This is the second blog in a series of blogs for setting up Microk8s. Link to part 1
MicroK8s simplifies the deployment of Kubernetes on Linux (Red Hat and Ubuntu). The blog explores how to install MicroK8s on Red Hat and Ubuntu.
Microk8s Linux Setup
Update the server with the latest updates and install Snap:
- Run all commands as root
- Clone or download files from GitHub link: https://github.com/arysdev/microk8s.git
When running Microk8s on Red Hat Linux, SELinux can prevent the proper functioning of the Microk8s components by blocking network communications or preventing access to specific files or directories.
Run the below command to disable SELinux.
Run the command below for Microk8s to use full memory resources.
Firewall Setup for microk8s
Open the ports below if the firewall is running.
You may need to configure your firewall to allow pod-to-pod and pod-to-internet communication:
For Red Hat:
The command below is for Red Hat Linux. This will install snapd in Red Hat Linux. Please refer to the documentation of your Linux flavor and the operating system.
Add a repo if you are using RHEL9 for Snapd installation.
Once the package has finished installing, the systemd unit that manages the main snap communication socket needs to be enabled as follows:
Furthermore, to enable classic snap support, enter the following to create a symbolic link between /var/lib/snapd/snap and /snap, then add snap to the PATH variable.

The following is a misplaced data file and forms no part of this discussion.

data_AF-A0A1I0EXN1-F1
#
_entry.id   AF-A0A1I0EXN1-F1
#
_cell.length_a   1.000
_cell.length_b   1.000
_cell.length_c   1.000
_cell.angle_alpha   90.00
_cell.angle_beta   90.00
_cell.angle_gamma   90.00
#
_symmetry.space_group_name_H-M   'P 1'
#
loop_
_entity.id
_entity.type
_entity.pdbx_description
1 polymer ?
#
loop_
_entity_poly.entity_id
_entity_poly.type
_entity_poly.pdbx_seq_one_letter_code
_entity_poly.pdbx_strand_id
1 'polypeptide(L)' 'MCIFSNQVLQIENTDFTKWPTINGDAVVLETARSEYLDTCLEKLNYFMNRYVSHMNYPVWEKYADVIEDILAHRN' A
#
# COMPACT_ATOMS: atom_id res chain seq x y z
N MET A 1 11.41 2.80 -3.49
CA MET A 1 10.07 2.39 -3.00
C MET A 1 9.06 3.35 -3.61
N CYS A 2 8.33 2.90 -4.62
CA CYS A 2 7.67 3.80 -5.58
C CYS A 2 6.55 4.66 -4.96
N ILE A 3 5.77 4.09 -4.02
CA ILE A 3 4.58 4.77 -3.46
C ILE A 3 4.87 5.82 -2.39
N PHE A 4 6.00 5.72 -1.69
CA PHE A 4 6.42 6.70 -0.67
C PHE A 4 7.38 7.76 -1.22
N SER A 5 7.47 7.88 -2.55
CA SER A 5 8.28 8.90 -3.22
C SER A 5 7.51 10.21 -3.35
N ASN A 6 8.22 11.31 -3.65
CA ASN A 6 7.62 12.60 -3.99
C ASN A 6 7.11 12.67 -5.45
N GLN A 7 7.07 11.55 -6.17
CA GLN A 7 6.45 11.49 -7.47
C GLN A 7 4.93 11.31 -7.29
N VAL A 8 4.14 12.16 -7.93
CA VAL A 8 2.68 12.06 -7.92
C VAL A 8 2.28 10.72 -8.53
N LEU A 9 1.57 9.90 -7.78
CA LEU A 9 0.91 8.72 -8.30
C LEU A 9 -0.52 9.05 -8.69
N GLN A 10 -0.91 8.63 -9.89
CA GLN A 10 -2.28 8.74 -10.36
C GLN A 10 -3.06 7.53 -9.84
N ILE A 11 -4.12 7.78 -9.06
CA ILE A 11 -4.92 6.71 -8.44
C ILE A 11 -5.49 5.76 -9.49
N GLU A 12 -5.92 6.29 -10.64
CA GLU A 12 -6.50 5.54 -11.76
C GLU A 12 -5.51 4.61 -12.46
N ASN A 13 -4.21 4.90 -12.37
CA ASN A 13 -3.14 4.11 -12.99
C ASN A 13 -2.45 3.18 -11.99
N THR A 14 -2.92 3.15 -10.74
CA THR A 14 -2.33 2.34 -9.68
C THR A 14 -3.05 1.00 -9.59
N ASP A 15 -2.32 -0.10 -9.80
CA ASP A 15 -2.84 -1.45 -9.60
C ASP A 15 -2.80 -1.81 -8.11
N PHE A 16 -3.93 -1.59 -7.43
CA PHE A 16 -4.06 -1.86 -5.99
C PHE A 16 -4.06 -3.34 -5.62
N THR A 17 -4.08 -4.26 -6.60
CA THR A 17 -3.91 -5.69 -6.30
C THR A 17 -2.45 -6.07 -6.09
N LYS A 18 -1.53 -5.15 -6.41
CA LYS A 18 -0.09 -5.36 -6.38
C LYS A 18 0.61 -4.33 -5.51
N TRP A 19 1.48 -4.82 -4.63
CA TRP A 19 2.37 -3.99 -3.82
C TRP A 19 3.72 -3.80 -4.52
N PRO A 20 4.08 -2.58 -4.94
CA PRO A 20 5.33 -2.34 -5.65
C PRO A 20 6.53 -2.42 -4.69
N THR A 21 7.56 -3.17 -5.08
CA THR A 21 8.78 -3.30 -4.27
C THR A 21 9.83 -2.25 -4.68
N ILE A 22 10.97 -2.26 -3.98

Use the below command to update the Ubuntu server before installing microk8s. Once the system is back, install microk8s.
Installation Steps for Installing MicroK8s.
For Red Hat:
Run the below command.
Log out and log in from the server.
Check the status by using the below command:
Check nodes by using the below command:
Check pods by using the below command:
Check services by using the below command:
Check resource utilization for nodes or pods by using the below command:
Change the type from ClusterIP to NodePort. Change the last line from type: ClusterIp to NodePort. Run the below in cmd.
Save and close.
You can get the nodeport from the below command it starts with a higher number port from 30000.
Allow firewall rule to access Microk8s Dashboard.
Check for the Port on which Dashboard is listening. Access it using https://<ipaddress>:<nodeport>.
Copy and paste the token into the browser to access the Kubernetes Dashboard.
Add a policy to the metric server. Run the below command.
Deploy the Nginx pod in microk8s and access it via ingress.
Create a deployment for the nginx webserver. Run the below command.
Expose service for nginx webserver as nodeport.
Go to your Web browser to access http://IPaddress:<nodeport>. You will see the nginx welcome page.
Great! You have successfully installed MicroK8s on your Linux system, deployed the nginx web server, and exposed it via ingress.
MicroK8s provides a lightweight and simplified way to deploy Kubernetes clusters on Red Hat and Ubuntu distributions, with its ease of installation and convenient management of essential Kubernetes.